News broke earlier this morning that UFC Light Heavyweight champion Jon Jones would not be facing Alexander Gustafsson in their perceived immediate rematch, but rather Glover Teixeira on the UFC’s traditional Super Bowl Weekend card.
In moving ahead with Jones’ desire to face another challenger after deciphering that he beat Gustafsson handily, the UFC has definitely ruffled some feathers. Many still believe that ‘Gus’ was robbed of the title at UFC 165 in Toronto, but many others think that the right decision was made. Regardless, the fight was a classic battle that deserves to be run once again, and most thought it would immediate.
However, Teixeira is booked for the bout, and Gustafsson fans will have to wait. Some believe that Jones is running from the man who can finally match him inside the Octagon, others think that he is simply moving onto his next challenge. Teixeira is a great fighter who deserves to fight for the belt at some point, but is that point right now?
I’d have to say no. Let’s take a look at why Teixeira should take a backseat to the impressive fight that Gustafsson brought to Jones last weekend.
True, Teixeira has taken the UFC by storm since making his debut back at UFC 146 in May 2012. He’s gone undefeated since then, dispatching five straight opponents in the Octagon. The run brought his win streak to a lofty 19 fights. But just how good has his competition been in the UFC?
He submitted Kyle Kingsbury in his UFC debut. Kingsbury has shown flashes of a proficient Muay Thai game at times, but he wasn’t a contender. Still, Teixeira wasn’t expected to fight a top opponent in his initial bout. So he moved on to face Fabio Maldonado at last October’s UFC 153. Maldonado is an insanely tough boxer who ate an incredible amount of punishment from Teixeira before the doctor called off the bout. The fact is, Maldonado sits with a rather unimpressive 2-3 record in the UFC, but he still tagged Teixeira with a dangerous left hook while Teixeira stood directly in front of him.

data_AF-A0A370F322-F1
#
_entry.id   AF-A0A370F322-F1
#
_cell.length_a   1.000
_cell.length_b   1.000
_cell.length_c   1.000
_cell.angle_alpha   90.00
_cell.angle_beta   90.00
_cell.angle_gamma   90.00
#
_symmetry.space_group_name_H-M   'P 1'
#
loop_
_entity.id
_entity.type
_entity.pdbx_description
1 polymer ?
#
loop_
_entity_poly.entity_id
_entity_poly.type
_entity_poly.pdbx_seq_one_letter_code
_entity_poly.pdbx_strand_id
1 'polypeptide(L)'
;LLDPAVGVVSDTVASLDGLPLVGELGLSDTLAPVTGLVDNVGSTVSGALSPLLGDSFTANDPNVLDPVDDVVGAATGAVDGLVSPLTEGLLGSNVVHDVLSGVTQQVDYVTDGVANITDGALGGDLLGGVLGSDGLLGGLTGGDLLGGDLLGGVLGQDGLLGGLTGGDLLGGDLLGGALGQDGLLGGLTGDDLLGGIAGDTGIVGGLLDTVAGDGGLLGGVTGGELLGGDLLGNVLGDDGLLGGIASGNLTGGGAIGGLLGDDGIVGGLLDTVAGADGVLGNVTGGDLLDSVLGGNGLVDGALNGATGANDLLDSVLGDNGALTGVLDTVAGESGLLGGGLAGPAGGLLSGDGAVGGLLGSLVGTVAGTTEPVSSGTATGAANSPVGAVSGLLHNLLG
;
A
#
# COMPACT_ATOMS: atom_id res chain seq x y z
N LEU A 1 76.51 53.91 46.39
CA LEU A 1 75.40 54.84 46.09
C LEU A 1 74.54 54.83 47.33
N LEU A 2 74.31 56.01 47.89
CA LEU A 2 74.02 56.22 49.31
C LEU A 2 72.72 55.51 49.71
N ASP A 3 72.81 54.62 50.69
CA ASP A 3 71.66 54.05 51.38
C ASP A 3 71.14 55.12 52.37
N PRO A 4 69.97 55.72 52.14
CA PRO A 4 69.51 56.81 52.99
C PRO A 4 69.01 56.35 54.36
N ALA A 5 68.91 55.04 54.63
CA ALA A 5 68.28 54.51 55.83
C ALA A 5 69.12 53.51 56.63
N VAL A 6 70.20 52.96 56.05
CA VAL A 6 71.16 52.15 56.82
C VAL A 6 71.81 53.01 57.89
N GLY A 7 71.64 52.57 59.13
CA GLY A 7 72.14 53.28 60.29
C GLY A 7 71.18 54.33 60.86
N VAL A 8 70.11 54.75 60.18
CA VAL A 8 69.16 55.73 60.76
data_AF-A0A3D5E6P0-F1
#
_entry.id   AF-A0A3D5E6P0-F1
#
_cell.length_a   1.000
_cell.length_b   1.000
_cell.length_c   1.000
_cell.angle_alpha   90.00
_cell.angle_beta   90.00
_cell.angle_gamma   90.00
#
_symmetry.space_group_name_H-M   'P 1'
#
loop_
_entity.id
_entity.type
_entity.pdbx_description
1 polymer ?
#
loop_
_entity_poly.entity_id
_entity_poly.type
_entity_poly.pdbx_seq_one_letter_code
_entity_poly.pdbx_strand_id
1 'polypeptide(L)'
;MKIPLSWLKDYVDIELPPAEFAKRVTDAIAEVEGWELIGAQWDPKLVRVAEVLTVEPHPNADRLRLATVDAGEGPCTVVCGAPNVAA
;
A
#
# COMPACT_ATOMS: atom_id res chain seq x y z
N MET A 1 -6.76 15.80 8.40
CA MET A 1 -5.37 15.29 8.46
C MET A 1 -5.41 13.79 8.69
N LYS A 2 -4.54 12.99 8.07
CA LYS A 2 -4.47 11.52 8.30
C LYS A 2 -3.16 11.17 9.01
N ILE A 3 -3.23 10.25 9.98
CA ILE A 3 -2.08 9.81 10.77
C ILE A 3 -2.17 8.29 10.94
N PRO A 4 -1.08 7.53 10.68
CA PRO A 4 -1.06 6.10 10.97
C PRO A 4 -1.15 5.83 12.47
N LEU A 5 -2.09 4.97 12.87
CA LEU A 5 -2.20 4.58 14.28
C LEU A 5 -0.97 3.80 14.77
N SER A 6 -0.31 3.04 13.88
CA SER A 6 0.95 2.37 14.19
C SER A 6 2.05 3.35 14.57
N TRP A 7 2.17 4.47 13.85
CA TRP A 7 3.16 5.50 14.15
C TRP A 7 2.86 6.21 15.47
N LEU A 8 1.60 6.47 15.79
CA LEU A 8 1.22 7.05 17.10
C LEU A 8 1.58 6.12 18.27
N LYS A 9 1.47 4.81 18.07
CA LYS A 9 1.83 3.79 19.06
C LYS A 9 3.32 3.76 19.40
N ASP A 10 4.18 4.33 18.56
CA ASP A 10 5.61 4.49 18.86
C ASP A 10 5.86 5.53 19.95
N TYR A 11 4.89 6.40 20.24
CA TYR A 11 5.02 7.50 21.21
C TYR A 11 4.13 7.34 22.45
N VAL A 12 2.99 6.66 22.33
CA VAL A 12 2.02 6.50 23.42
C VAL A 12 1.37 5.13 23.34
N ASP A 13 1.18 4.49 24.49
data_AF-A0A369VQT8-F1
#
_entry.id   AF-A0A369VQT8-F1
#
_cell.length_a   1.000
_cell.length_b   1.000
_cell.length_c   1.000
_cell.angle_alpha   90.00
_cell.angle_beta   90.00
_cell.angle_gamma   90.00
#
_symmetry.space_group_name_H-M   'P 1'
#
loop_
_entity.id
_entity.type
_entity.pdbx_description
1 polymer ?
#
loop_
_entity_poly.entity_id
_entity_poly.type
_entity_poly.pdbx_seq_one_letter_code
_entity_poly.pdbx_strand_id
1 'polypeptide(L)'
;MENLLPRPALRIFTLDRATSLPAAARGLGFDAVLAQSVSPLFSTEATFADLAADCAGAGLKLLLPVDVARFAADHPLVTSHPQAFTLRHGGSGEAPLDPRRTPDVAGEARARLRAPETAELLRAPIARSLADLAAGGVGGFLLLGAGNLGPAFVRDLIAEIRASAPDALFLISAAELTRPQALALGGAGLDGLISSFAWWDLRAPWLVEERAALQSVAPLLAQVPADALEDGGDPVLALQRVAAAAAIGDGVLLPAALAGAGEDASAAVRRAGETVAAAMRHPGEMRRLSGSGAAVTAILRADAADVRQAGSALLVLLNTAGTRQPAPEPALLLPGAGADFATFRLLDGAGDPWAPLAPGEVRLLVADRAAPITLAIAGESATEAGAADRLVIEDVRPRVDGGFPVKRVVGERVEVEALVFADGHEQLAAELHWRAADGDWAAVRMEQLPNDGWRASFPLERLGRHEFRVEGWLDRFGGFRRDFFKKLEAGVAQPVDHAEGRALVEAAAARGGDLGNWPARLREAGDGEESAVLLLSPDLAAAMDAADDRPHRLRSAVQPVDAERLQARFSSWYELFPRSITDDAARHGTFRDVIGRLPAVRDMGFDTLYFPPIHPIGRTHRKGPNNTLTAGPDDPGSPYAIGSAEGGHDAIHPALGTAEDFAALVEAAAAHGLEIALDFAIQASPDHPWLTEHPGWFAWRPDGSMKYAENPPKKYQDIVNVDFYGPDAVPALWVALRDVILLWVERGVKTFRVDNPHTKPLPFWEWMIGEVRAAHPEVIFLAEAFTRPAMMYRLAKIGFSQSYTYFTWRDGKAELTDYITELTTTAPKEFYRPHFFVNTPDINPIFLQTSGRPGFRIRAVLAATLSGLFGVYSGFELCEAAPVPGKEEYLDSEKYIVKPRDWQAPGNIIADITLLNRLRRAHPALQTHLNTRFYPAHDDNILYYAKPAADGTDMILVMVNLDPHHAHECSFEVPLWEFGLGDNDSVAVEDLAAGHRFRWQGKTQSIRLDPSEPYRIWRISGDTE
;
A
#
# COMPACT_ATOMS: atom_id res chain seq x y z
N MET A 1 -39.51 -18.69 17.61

From there, Teixeira faced off with a rather past-his-prime Quinton ‘Rampage ‘ Jackson at UFC On FOX 6. Teixeira dominated once again by showing good offensive boxing and using his excellent Brazilian Jiu-jitsu skills to own ‘Rampage’ on the ground. Still, Teixeira showed little to no head movement and ate just about every jab that Jackson flicked his way.
His next fight against James Te Huna at UFC 160 was a showcase of his skills. Teixeira won the fight with a first round guillotine. Te Huna’s an underrated talent, actually possessing a nice 5-2 record in the Octagon. However, his wins haven’t really been against top talent. When he faced top fighters like Teixeira and Gustafsson, he’s been choked out.
That brings us to his latest bout against Ryan Bader in the main event of UFC Fight Night 28 earlier this month. ‘Darth’ brought the fight to Teixeira, and hit him with some huge shots in the process. Teixeira appeared to just let Bader hit him in order to eventually land his own shots, and somehow it paid off. Despite nearly getting dropped, Teixeira benefited from Bader’s fatal flaw of rushing in with his guard down. Teixeira ultimately scored the knockout victory, but it could have gone the other way at any point.
It’s hard to knock Teixeira because he is a great talent. He’s undefeated at 5-0 in the UFC Light Heavyweight division. He’s an accomplished grappler with an ADCC title to his name. And he’s a Chuck Liddell-trained product that hasn’t lost since early 2005.
But does all that add up to a win over Jones? Even though Jones showed that he was painfully human in defeating Gustafsson last Saturday, I’m not entirely sold on the prospect. Teixeira has shown to be way too lackadaisical in allowing his opponents to hit him during his UFC tenure. His talent can make up for a lot of that behavior, but it’s not going to be like that against Jones. Part of Gustafsson’s success was his excellent movement, and his pace noticeably fell during the championship rounds, allowing Jones to pick up much-needed points.
Teixeira just doesn’t have that movement to begin with. His plodding style would be perfect for Jones’ highly diverse, range-based striking style. Are you really going to beat ‘Bones’ by standing right in front of him while he picks you apart with his kicks? I don’t think so, and I’d have to say that Gustafsson stands a better chance of obtaining the belt at this point in time.
Is Jones afraid of fighting Gustafsson once again? It’s hard to say, but he did almost finish the talented Swede in Toronto. But regardless of the answer to that question, it’s almost certain that Teixeira provides a less dynamic challenge for Jones’ next trip to the Octagon. Do you think the UFC made the right choice, or was Gustafsson slighted after the fight of his life?
Outer Photo: Jason Silva, USA TODAY Sports